Fortunately sooner or later, society as a whole, recognises how we fail our most vulnerable, and efforts are made to change the status quo. But although it may be acknowledged, what is to be done about the harm inflicted?
Is it enough to say ‘I’m Sorry’?
Like it or not, we live in a capitalist world, and when seeking to defend the human rights of our most vulnerable and help people recover and move past the abuse, we often must look to how the economic welfare of an individual has been affected by the harm done to them. The concept of damages is common in legal cases, as the courts understand that often, financial restitution is essential for justice to be carried out.
In the past, reparations have also been applied in situations where people who have had their human rights stripped in the most horrific ways, including the Holocaust, the Apartheid regime, The Tuskegee experiments, and the internment of Japanese Americans. Losing sides of wars are often punished with reparations, although in the case of Haitians who fought for their independence from France (literally, to no longer be slaves), the winners were actually forced to buy their freedom, in essence paying for their human rights.
As mentioned before, we are all part of a consumer-based world that revolves around the buying and selling of services, goods, and property. Unless willing to go to great lengths, each of us, by enjoying basic conveniences such as clothing, food, and shelter, might unwittingly be complicit in the human rights abuse of millions of others.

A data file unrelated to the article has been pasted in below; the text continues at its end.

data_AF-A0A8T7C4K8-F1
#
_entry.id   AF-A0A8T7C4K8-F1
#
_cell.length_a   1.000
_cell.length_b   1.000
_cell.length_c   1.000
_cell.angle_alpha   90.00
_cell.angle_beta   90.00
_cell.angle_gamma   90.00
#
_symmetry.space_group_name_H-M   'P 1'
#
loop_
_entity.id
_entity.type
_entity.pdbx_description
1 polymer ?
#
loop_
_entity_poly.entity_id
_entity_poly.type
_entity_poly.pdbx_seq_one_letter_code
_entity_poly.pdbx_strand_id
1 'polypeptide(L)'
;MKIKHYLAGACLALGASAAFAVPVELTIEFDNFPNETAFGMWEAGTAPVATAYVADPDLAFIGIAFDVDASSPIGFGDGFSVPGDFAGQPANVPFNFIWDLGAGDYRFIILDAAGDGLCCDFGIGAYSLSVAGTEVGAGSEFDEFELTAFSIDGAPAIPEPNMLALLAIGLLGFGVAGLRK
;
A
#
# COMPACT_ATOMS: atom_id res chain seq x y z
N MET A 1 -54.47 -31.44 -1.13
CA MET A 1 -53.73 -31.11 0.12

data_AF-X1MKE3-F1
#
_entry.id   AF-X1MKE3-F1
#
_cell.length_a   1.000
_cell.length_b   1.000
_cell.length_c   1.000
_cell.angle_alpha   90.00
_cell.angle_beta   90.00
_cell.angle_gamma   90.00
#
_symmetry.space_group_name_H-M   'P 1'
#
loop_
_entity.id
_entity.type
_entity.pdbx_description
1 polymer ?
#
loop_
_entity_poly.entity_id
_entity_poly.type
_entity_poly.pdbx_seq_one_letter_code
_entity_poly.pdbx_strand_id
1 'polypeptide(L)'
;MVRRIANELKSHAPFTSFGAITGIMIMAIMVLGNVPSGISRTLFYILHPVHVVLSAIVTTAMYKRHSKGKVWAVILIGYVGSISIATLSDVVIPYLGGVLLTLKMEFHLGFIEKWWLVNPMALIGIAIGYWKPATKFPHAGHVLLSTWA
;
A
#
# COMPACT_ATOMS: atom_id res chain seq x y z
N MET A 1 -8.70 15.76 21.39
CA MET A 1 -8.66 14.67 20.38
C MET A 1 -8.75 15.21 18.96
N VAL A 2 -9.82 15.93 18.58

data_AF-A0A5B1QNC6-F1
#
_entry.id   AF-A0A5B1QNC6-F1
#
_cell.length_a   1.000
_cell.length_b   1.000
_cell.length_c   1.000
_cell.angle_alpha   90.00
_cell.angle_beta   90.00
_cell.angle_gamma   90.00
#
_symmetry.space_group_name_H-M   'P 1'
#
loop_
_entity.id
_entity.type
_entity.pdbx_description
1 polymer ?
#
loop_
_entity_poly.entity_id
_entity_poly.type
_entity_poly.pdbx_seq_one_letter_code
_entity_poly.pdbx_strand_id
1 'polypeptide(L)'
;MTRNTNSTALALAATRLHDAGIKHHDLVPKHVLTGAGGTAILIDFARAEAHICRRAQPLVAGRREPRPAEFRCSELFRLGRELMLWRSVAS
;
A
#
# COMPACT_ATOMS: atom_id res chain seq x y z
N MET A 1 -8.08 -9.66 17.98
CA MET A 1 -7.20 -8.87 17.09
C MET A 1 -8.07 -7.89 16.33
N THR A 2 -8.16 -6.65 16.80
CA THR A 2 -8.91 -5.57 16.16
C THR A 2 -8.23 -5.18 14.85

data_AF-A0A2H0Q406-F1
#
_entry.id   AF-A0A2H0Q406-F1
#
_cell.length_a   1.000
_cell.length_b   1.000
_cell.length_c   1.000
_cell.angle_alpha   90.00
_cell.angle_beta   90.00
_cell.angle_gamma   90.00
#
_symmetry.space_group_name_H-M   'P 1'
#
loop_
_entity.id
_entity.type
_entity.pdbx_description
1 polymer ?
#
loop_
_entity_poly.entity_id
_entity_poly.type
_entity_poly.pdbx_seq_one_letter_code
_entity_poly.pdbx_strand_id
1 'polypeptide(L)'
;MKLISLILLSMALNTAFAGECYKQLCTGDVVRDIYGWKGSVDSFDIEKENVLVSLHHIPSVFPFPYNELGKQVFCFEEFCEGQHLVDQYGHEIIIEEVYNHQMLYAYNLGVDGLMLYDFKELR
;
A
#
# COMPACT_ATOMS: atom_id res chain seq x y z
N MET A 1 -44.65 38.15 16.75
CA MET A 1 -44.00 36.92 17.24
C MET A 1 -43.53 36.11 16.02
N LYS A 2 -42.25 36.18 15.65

So, what do we, as a global society owe these people, if anything?
Where do we go now?
We need to learn from our past mistakes. This may sound like trite and common place wisdom, but it is nonetheless true. Humanity must learn not only to do better, but to want to do better. Is it right to compel companies to pay reparations to acknowledge how their past human rights abuses helped to create their current wealth? Or rather, should we create a world where self-regulation, and taking up that kind of responsibility is applauded and rewarded?
Unfortunately, most of us may have contributed to the abuse and slavery of people around the world in some way, but does that mean that we all should contribute to pay reparations to these people? Or should we take steps so that, going forward, we no longer are part of this destructive behaviour?
Whatever we do, it is clear that action must be taken. A conversation must begin. An honest conversation, that acknowledges past and current hurts, and takes an open view towards creating a better world, one that preserves the Freedom of us all.
The Freedomer App (for which we are currently closing a fundraising campaign), provides a platform for this conversation. It is a tool with which we as consumers can take some responsibility for our participation in these abusive systems. With the Freedomer app, we can educate ourselves and find opportunities to do better. We can voice our opinions and connect with others to make a difference.
The onus for action doesn’t lay on any particular group, it rests upon all of us to work together to build a world made in freedom. That means the beneficiaries working alongside the exploited – there can be no bystanders. Hopefully, this is the moment in human history where we take that step forward, together.
This article was authored by Ray DeSouza, writer at slavefreetrade.